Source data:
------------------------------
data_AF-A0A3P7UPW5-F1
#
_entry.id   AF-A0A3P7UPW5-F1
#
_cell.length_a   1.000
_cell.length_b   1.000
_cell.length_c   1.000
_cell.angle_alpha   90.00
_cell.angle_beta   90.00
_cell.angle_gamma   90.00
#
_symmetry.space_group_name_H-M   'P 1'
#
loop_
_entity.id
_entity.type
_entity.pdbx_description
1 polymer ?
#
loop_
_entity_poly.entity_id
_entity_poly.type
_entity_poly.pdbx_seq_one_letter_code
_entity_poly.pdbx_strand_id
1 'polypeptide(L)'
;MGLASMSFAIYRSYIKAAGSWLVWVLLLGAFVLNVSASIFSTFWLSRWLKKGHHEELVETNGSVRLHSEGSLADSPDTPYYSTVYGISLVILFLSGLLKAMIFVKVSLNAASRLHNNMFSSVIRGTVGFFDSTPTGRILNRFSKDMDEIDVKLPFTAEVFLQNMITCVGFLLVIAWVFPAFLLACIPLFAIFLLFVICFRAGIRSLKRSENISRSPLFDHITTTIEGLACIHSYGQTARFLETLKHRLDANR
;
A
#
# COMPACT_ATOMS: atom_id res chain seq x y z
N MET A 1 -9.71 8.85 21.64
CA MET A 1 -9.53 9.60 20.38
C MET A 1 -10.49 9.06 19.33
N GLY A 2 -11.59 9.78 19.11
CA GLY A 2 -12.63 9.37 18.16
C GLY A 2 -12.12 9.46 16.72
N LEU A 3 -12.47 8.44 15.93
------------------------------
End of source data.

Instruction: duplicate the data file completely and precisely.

data_AF-A0A3P7UPW5-F1
#
_entry.id   AF-A0A3P7UPW5-F1
#
_cell.length_a   1.000
_cell.length_b   1.000
_cell.length_c   1.000
_cell.angle_alpha   90.00
_cell.angle_beta   90.00
_cell.angle_gamma   90.00
#
_symmetry.space_group_name_H-M   'P 1'
#
loop_
_entity.id
_entity.type
_entity.pdbx_description
1 polymer ?
#
loop_
_entity_poly.entity_id
_entity_poly.type
_entity_poly.pdbx_seq_one_letter_code
_entity_poly.pdbx_strand_id
1 'polypeptide(L)'
;MGLASMSFAIYRSYIKAAGSWLVWVLLLGAFVLNVSASIFSTFWLSRWLKKGHHEELVETNGSVRLHSEGSLADSPDTPYYSTVYGISLVILFLSGLLKAMIFVKVSLNAASRLHNNMFSSVIRGTVGFFDSTPTGRILNRFSKDMDEIDVKLPFTAEVFLQNMITCVGFLLVIAWVFPAFLLACIPLFAIFLLFVICFRAGIRSLKRSENISRSPLFDHITTTIEGLACIHSYGQTARFLETLKHRLDANR
;
A
#
# COMPACT_ATOMS: atom_id res chain seq x y z
N MET A 1 -9.71 8.85 21.64
CA MET A 1 -9.53 9.60 20.38
C MET A 1 -10.49 9.06 19.33
N GLY A 2 -11.59 9.78 19.11
CA GLY A 2 -12.63 9.37 18.16
C GLY A 2 -12.12 9.46 16.72
N LEU A 3 -12.47 8.44 15.93